Will You Succeed In The Digital Economy?

Has your small business taken full advantage of the digital economy? A Leaders2020 survey says the likely answer is a resounding, “No.”

Have you taken full advantage of the digital economy? A Leaders2020 survey says the likely answer is a resounding, “No.”

This year, Oxford Economics and SAP released findings on the global acceptance of digital technology. The study surveyed more than 4,000 business executives in 21 countries.

Findings suggested that while companies have embraced segments of digital usage, they’ve been unable or unwilling to expand a digital framework across all business practices. Business models are shifting, but not quickly enough, according to the survey.

This is a huge mistake. If left unaddressed, it will eventually facilitate the decline of some of the most recognizable brands in American culture.


Tech to spur business growth

Digital technology is a disruptor and has changed the way American businesses operate. Over the past several years, the tide has shifted as a plethora of startups built solely around tech emerged.


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Today, tech isn’t part of the economy – it’s a key economic driver. A 2016 Harvard Business Review article suggests that businesses who adapt to the digital economy are 26% more profitable than their industry peers.

But what does it truly mean to “adapt” within the digital economy?


How tech impacts analytics and industries

Nowhere has digital technology growth been more disruptive than within the American health care system.

Traditionally, hospitals and health systems took a “if you build it, they will come” approach. They provided reactive healthcare under the assumption that, as people get sick, they’ll naturally show up. Over the last several years, this paradigm has shifted. A decline in federal reimbursement funds has prompted increased competition.

The federal HITECH Act of 2009 forced clinical providers to adopt electronic medical records (EMRs), a digital version of a paper chart that contains all of a patient’s medical history from one practice. This move eliminated billions of pounds of paper generated annually by health care providers.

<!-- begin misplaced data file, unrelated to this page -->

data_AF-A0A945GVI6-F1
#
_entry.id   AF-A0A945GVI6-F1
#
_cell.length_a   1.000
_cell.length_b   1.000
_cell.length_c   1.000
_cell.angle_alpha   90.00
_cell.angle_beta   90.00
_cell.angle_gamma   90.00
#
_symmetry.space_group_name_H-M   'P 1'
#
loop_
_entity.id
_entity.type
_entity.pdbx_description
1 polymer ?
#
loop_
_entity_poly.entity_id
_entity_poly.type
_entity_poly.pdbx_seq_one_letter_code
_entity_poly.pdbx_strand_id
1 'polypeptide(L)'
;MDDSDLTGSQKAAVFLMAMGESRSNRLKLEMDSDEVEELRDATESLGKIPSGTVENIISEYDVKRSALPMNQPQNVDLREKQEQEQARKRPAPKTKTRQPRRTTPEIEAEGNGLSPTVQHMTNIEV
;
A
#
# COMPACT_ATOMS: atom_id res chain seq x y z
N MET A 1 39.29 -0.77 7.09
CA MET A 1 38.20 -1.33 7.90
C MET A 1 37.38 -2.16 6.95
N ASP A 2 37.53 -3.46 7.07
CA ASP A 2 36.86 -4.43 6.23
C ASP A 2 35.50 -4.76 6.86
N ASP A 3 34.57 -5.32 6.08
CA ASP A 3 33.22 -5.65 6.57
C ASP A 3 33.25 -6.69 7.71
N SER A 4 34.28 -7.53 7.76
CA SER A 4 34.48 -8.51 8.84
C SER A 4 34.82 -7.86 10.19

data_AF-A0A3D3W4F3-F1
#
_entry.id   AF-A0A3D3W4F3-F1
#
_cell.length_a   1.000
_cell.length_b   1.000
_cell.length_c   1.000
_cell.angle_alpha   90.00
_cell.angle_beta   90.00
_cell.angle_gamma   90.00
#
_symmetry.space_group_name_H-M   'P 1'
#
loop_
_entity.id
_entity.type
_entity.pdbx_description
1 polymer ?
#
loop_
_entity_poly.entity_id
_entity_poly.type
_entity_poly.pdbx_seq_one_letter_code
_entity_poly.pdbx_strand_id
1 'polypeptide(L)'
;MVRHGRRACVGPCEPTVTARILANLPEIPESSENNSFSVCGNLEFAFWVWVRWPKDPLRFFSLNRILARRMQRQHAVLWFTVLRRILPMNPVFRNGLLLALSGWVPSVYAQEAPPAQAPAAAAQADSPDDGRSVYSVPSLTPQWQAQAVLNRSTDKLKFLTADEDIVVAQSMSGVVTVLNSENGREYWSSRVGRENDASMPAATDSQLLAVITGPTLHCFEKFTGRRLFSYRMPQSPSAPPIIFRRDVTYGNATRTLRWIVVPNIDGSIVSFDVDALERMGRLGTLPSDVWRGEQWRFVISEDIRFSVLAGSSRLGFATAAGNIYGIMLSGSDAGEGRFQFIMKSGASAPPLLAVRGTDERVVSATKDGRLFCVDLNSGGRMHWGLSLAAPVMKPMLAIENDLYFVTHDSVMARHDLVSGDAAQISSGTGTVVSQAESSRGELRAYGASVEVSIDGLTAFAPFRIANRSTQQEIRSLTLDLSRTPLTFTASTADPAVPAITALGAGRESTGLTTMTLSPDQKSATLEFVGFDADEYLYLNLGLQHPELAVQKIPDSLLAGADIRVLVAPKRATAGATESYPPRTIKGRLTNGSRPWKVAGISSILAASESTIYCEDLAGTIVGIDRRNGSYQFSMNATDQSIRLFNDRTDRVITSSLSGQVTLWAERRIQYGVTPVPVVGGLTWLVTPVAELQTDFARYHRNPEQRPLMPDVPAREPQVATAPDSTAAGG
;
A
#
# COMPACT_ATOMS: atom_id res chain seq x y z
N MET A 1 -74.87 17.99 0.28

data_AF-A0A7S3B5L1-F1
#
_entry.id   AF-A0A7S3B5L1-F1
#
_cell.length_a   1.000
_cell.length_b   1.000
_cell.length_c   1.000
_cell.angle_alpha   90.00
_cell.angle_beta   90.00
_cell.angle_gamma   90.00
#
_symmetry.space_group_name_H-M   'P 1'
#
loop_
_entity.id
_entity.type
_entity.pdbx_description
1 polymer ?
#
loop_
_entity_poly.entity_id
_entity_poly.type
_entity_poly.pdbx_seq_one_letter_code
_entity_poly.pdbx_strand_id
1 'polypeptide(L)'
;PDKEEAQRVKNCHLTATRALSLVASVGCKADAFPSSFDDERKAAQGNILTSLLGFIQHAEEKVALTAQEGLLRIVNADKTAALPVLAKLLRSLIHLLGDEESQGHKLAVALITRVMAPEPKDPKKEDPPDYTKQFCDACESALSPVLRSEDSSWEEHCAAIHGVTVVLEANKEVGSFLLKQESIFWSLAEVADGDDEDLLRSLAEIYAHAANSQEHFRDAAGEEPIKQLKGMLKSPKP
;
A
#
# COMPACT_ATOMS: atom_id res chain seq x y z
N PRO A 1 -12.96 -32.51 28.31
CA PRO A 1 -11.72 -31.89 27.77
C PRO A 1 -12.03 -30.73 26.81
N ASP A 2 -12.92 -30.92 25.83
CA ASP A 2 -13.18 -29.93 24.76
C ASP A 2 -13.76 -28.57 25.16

As hospitals went high tech, they began to capture volumes of outcome-focused data. The question then became, “What do we do with it?”

By 2016, the American health care industry had joined the rest of the world in the pursuit of strategic initiatives driven by business intelligence. Suddenly, health care providers boosted marketing horsepower and built data warehouses as CIOs and CMIOs began to grapple with the concept of using digital tools to drive proactive health care initiatives.

By leveraging the power of data analytics, hospitals and health systems have implemented marketing strategies that emphasize wellness. The practical applications of encouraging chronic diabetics to “drop that cupcake” are still in the creation phase, but today, there is not a single CIO in health care that isn’t developing strategies to streamline a patchwork of converged systems and leverage the power of digital technology.

In health care, the digital economy has been the biggest innovator since the discovery of penicillin.


Innovate or die – The new digital imperative

Companies that fail to leverage digital technology are quickly falling behind.

Many U.S. businesses have embraced parts of the technology revolution. However, this approach silos business initiatives and fails to capitalize on the real strength of the digital economy – the ability to use data to facilitate high-level decisions across the entire organization. In simple terms, the more you know, the better your business decisions.


Photo: © GaudiLab, YFS Magazine

To lead in the digital economy means that SaaS and cloud technology should replace redundant workflows, improve communication, and innovate across all business operations. This requires what Gartner’s Peter Sondergaard called “reorganizing for digital,” a process that he predicted will drive IT expenditures to the top of any corporate budget, regardless of industry.

According to Sondergaard, leading in this climate requires the integration of five key opportunities within the new digital economy:


  1. IT systems must embrace the cloud, eliminating infrastructures or adapting half on-premise and half in the cloud hybrids.
  2. Customer relationships must be personalized, immediate, and stretch across all digital devices.
  3. IoT, the “Internet of Things,” now includes everything from your computerized vehicle to robots and drones.
  4. Data Intelligence must drive strategic business decisions.
  5. Ecosystems in the form of APIs (application programming interfaces) to help improve and integrate legacy systems.


Gartner’s key prediction for 2017? Business leaders who fail to lead in the digital economy will quickly fall behind with potentially disastrous bottom line results.


This article has been edited.

Rick Delgado is a technology commentator and freelance writer. His work can be found on Wired, SmartDataCollective and MakeUseOf. Connect with @ricknotdelgado on Twitter.


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